deadbeat

英 ['dedbiːt] 美 ['dɛd'bit]
  • n. 游手好闲者;赖债不还的人;落魄者
  • adj. 非周期的;直进式的
deadbeat
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deadbeat 懒人,二流子

即被打的半死不活的,引申义懒人,二流子。

deadbeat (n.)
"worthless sponging idler," 1863, American English slang, perhaps originally Civil War slang, from dead (adj.) + beat. Earlier used colloquially as an adjectival expression to mean "completely beaten" (1821), and perhaps the base notion is of "worn out, good for nothing." It is noted in a British source from 1861 as a term for "a pensioner."
In England "dead beat" means worn out, used up. ... But here, "dead beat" is used, as a substantive, to mean a scoundrel, a shiftless, swindling vagabond. We hear it said that such a man is a beat or a dead beat. The phrase thus used is not even good slang. It is neither humorous nor descriptive. There is not in it even a perversion of the sense of the words of which it is composed. Its origin is quite beyond conjecture. ["Americanisms," in "The Galaxy," January 1878]
It also was used of a kind of regulating mechanism in pendulum clocks.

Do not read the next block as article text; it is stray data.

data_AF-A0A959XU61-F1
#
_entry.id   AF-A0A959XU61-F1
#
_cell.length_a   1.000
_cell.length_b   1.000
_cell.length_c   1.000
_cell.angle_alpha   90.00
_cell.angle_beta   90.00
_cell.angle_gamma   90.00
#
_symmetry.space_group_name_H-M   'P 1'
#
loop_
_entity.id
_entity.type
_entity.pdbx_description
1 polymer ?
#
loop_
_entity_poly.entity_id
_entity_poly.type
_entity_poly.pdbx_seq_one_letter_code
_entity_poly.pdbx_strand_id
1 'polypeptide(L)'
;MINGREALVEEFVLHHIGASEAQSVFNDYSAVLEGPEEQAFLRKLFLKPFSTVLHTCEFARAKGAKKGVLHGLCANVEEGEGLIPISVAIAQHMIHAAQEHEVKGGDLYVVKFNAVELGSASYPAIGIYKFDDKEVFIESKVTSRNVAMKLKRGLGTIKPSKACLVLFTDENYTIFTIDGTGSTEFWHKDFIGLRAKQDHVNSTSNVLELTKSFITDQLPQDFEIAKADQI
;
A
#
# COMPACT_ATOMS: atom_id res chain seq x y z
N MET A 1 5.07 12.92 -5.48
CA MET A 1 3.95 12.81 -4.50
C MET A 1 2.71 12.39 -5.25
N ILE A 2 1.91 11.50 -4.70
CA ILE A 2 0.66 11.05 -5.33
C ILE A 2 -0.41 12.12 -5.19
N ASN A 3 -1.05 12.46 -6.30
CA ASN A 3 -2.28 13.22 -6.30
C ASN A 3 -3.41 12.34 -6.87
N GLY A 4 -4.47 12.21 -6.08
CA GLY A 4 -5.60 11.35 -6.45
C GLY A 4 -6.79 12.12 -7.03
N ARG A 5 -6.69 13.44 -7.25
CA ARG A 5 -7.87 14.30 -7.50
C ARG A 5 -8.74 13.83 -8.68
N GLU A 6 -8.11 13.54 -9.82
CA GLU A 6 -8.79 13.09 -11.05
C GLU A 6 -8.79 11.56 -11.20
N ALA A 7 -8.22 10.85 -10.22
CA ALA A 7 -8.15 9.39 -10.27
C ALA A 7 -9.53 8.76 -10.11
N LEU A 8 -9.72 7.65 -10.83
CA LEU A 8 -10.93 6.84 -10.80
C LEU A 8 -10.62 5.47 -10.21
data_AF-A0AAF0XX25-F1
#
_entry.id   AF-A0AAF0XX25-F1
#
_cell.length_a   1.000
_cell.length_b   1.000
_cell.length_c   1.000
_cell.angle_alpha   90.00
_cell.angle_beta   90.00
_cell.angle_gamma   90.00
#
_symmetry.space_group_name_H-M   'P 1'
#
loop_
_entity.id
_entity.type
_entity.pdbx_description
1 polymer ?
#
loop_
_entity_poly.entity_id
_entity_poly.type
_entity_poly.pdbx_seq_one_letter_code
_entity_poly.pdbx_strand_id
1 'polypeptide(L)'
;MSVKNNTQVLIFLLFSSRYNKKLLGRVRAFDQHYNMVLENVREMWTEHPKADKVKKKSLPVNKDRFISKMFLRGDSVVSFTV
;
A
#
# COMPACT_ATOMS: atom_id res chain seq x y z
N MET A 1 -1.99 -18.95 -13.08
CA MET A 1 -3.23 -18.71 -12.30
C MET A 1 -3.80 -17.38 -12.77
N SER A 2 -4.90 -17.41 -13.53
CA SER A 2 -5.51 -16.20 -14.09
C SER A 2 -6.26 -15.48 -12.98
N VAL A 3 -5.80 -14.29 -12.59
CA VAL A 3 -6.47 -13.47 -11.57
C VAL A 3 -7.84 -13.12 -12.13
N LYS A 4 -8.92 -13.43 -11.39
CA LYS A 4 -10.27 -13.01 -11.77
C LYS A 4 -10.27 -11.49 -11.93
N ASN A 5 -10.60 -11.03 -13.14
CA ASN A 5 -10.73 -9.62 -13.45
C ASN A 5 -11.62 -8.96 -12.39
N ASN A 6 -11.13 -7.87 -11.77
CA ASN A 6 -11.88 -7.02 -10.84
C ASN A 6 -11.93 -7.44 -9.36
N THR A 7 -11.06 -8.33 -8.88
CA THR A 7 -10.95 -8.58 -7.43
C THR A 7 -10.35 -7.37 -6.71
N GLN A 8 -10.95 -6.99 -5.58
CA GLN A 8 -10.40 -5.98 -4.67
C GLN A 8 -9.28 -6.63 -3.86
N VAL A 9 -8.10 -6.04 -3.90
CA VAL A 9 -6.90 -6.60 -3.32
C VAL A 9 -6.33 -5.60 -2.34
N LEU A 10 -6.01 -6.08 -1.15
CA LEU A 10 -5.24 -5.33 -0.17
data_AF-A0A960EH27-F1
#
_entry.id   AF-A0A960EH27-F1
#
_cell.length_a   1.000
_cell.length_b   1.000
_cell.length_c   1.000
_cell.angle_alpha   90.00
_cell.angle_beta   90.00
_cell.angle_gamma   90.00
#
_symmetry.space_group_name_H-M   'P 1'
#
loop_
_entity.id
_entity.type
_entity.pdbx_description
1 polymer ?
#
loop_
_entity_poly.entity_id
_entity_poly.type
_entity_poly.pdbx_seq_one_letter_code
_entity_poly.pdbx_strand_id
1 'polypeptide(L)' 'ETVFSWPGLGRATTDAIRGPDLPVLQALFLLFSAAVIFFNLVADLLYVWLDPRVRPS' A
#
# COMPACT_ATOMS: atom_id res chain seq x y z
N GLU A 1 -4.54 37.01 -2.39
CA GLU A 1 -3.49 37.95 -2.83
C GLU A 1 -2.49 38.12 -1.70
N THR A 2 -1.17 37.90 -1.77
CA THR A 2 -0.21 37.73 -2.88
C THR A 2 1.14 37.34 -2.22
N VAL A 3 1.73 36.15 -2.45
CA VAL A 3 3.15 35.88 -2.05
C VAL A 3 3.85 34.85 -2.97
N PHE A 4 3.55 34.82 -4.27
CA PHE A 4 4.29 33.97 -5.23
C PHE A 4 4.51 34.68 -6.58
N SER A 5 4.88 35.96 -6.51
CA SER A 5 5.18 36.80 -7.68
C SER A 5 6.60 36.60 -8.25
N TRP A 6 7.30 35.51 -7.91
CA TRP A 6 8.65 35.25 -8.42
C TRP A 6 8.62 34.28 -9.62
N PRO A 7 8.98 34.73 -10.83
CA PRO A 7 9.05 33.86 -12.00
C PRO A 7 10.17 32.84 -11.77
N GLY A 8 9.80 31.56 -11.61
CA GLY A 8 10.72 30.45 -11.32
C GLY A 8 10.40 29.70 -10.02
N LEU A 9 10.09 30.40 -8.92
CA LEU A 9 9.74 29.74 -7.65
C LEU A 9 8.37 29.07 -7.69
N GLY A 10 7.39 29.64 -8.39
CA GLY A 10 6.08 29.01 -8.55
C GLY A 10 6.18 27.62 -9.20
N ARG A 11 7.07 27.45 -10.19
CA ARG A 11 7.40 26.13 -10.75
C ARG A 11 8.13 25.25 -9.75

1. But do not get me wrong. My friend was not a deadbeat.
但不要误会我的意思, 我的朋友不是赖帐的人.

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2. Should a deadbeat dad's nonpayments go on his credit report?
一个不付赡养费的父亲的不付款记录应该放进信用报告 吗 ?

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3. That deadbeat never worked a day in his life.
那位懒虫终日游手好闲,一辈子也没工作一天.

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4. Everyone agreed that Mary's new boyfriend was nothing but a deadbeat.
大家都认为玛丽新交的男朋友是个游手好闲的家伙.

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5. Such before, in deadbeat heart dark boast air hostess is clever!
原来如此, 食客心里暗夸女服务员聪明!

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